Prognostic Importance and Therapeutic Implications of PAK1, a Drugable Protein Kinase, in Gastroesophageal Junction Adenocarcinoma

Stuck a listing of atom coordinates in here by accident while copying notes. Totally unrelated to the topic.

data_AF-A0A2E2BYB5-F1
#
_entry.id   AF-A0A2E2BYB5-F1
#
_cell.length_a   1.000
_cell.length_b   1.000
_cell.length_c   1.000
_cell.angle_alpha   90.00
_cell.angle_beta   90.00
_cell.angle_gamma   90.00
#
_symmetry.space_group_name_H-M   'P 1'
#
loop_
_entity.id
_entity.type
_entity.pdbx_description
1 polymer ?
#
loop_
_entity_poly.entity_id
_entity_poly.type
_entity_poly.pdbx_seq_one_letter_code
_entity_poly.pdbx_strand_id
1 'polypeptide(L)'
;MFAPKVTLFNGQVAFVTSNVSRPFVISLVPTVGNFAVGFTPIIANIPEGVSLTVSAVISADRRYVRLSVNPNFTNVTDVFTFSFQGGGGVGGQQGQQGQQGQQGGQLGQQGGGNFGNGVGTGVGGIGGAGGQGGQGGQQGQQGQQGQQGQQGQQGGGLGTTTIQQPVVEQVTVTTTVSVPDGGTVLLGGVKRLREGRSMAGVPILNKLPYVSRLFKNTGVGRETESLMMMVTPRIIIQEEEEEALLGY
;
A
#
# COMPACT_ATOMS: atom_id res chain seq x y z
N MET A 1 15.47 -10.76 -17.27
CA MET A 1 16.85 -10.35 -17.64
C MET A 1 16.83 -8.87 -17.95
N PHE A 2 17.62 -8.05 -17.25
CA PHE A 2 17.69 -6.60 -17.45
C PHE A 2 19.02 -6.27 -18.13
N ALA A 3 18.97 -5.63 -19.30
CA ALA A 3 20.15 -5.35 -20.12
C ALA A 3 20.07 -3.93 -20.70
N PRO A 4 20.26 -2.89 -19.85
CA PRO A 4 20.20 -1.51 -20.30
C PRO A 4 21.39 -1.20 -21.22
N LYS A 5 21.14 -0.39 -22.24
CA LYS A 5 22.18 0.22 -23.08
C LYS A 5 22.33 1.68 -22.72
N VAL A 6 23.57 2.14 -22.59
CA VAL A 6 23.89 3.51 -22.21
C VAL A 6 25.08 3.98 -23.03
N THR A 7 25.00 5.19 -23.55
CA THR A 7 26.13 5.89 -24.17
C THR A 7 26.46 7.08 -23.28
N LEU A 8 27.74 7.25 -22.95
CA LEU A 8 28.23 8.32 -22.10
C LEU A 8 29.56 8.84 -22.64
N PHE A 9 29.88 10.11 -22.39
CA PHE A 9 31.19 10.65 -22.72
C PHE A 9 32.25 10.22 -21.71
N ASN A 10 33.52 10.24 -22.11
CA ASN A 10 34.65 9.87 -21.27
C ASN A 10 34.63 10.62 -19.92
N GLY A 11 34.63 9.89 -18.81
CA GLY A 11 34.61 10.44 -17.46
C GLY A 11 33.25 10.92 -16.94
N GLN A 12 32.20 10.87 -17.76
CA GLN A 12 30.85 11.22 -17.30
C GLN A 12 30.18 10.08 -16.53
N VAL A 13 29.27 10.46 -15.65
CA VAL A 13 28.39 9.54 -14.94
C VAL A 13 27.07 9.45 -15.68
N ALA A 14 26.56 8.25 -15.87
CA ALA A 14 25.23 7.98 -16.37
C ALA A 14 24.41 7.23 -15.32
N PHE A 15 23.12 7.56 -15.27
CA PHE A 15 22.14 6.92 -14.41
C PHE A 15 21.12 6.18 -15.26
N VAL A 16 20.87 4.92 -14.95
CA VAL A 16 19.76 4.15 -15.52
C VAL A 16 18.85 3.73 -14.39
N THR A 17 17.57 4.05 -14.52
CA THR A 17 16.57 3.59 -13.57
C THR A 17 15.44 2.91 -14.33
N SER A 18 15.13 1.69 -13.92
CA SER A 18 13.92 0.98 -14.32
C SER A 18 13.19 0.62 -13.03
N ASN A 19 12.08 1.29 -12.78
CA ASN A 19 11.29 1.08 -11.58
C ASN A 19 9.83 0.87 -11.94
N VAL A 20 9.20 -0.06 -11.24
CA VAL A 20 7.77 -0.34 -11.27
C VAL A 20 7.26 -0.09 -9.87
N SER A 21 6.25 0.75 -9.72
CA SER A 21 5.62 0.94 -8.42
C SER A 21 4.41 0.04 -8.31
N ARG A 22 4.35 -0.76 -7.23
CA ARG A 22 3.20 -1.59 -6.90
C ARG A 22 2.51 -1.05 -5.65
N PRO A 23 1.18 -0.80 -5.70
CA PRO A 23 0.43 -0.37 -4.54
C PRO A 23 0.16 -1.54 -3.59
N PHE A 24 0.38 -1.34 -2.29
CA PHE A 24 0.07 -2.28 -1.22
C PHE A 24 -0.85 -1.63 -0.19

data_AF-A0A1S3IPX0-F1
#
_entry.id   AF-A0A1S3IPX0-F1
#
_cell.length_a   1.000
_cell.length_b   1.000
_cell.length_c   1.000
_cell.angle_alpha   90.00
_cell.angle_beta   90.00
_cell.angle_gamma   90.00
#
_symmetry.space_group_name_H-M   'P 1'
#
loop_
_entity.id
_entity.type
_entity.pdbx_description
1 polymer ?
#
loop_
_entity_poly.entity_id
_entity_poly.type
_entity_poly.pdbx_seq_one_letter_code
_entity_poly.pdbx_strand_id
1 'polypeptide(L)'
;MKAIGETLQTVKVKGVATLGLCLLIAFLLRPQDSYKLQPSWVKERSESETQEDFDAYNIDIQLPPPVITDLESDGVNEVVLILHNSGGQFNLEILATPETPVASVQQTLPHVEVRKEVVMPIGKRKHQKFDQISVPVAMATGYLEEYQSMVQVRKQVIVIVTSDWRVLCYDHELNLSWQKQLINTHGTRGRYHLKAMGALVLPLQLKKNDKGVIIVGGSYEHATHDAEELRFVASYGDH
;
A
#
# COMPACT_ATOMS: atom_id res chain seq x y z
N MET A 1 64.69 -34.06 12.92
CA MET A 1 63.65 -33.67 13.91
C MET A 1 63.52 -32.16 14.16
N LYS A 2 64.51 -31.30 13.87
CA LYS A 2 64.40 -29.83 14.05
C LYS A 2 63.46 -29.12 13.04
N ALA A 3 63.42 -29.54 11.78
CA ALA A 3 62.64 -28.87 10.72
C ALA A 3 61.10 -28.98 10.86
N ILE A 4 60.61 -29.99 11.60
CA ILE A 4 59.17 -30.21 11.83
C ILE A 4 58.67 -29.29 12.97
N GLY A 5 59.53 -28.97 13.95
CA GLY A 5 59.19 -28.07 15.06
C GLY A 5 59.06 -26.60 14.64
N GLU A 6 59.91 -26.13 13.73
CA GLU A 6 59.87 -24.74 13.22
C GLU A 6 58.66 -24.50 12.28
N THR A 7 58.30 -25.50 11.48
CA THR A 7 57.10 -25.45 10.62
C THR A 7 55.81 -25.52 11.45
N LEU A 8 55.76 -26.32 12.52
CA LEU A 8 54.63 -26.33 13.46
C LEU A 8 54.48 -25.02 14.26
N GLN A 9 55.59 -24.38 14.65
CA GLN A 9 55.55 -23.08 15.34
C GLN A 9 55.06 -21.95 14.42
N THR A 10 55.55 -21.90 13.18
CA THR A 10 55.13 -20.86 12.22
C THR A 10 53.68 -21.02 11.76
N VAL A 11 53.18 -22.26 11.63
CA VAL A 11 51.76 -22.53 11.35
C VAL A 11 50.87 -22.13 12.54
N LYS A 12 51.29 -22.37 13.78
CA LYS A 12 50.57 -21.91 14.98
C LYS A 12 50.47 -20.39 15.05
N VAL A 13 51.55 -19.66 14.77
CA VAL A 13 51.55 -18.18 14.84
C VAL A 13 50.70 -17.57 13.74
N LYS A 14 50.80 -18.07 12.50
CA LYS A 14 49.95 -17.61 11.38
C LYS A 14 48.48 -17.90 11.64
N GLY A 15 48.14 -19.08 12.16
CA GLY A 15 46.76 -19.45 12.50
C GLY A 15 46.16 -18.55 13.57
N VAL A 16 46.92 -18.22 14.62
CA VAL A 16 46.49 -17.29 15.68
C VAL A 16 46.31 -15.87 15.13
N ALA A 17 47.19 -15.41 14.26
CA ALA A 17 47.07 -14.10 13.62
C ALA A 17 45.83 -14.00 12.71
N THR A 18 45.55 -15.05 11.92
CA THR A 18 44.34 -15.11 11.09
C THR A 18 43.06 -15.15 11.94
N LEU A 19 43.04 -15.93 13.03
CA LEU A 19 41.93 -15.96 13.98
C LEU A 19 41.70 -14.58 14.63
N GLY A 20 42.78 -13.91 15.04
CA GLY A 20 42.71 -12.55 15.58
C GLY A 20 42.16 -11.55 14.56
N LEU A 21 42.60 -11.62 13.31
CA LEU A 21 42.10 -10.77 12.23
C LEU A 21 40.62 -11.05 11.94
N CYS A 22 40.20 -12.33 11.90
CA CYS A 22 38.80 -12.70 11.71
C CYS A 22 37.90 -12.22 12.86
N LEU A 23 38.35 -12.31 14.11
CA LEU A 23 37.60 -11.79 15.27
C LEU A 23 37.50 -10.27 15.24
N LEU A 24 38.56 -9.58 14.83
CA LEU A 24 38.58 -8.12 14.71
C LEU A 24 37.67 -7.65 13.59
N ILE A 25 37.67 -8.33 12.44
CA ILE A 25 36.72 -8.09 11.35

The purpose of our study was to investigate the temporal malignant tumor incidence rates among the 70,000 residents at the relatively isolated Nanao Island in South China Sea. The data on all malignant tumor cases from Nanao Cancer Registry during 1995–2004 were coded, computerized, and analyzed using the software SPSS10.0. The tumor incident cases, crude incident rate, age-standardized incidence rate, their sex distribution and temporal trend were assessed. A total of 1450 new cancer cases (990 males and 460 females) were identified. The annual average age-standardized incidence rate (ASR) of malignant tumors was 208.18/100,000. The age-standardized incidence rate of the ten leading cancers in both sexes combined per 100,000 population were 74.47 for esophageal cancer (EC), 34.81 for cardiac cancer (CC), 25.66 for liver cancer, 26.01 for lung cancer, 18.52 for stomach cancer, 4.45 for nasopharyngeal cancer, 3.91 for breast cancer, 2.53 for colon/rectum cancer, 2.45 for bladder cancer and 1.92 for pancreatic cancer. These ten types of cancers make up to 93% of all cancer cases, with EC and CC being the most prevalent and making up 52% of the total cases. The incidence rates of esophagus, liver, lung, breast, nasopharyngeal, and colon/rectum cancers showed increasing trends during the period from 1995 to 2004 in Nanao Island. Astounding the EC ASR were 72–150/100,000 among male and 26–64/100,000 among female in Nanao Island during 1995–2004. The EC incidence rate in Nanao population is among the highest across the world, which suggests that there are potential genetic and/or environmental factors affecting this particular population.